Risk Management

Risk Management

Don’t Underestimate Your Exposure to Natural Catastrophes

Americans tend to be an optimistic bunch—which is typically a good quality to possess. A key exception, however, concerns our impressions that we are very unlikely to ever experience a devastating natural disaster. As you know, 2011 has already proven to be one of the very worst for natural catastrophes in decades. This reason alone should cause you to systematically consider your exposure to natural disasters and take sound action to mitigate these types of losses if one were to occur. Here are a few ideas for properly handling your exposure to natural disasters.

  • Flood losses have impacted tens of thousands of people during the past month—particularly those near the Mississippi River and its tributaries. You can check floodsmart.gov to see if your home has a higher exposure to flooding. Remember, however, that about 33 percent of all flood losses occur outside the flood zones. Studies indicate that in the course of a home's 30-year mortgage, it has a 26 percent chance of suffering damage from a flood, compared to a 9 percent chance of a fire. If you do not have flood insurance, talk to your insurance agent about the protection provided by this policy and annual cost.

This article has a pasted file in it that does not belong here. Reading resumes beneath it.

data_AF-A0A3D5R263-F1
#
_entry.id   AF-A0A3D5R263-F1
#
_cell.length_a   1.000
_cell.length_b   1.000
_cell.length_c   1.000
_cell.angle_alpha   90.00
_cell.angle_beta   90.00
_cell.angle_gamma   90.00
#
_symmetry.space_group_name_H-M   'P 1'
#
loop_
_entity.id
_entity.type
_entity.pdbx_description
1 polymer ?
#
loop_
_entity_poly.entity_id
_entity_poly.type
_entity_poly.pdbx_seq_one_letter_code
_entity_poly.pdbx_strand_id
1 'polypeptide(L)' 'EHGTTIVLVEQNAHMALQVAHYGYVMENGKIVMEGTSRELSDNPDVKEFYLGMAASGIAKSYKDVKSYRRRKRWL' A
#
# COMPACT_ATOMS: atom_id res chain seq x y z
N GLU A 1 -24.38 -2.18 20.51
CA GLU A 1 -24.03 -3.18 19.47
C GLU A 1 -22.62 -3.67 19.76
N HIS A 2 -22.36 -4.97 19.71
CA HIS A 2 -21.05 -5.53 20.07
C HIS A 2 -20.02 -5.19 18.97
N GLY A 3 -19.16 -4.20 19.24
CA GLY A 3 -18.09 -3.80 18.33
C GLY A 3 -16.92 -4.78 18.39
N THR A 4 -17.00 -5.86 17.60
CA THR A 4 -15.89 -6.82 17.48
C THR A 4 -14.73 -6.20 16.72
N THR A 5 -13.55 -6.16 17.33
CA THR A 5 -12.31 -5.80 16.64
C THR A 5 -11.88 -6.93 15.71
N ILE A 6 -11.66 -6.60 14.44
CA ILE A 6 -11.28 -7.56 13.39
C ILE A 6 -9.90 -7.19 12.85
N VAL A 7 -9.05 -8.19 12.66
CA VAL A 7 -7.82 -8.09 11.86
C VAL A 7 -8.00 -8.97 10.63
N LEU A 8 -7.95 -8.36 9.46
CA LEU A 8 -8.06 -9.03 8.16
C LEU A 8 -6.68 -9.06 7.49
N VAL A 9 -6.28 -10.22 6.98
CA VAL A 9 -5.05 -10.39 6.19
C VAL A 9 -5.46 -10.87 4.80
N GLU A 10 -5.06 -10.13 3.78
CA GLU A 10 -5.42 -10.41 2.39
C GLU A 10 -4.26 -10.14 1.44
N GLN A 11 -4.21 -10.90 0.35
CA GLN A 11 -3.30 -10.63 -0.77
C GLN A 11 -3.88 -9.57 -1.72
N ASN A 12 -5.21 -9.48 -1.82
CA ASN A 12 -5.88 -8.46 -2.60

• Tornados can decimate houses, as seen in the massive storms in Missouri and numerous southern states. And yet many people fail to carry adequate dwelling limits on their home. According to one of the largest residential building cost data companies, Marshall & Swift/Boeckh (MSB), 64 percent of U.S. homes are undervalued by an average of 19 percent. So if you are unsure whether you have the proper protection, ask your insurance agent about your dwelling limits and your potential for being underinsured. Note that some insurers offer guaranteed replacement cost or extended replacement cost—invaluable coverages in the event your home is destroyed.
  • If your home is near an earthquake fault zone, consider procuring earthquake insurance. Here is a U.S. Geological Survey map of the contiguous United States indicating various levels of risk.

Develop a home disaster plan and rehearse it with your family on an annual basis.

The contents of this article have been reprinted with permission from International Risk Management Institute, Inc. (IRMI®). Copyright 2011, IRMI, Dallas, TX.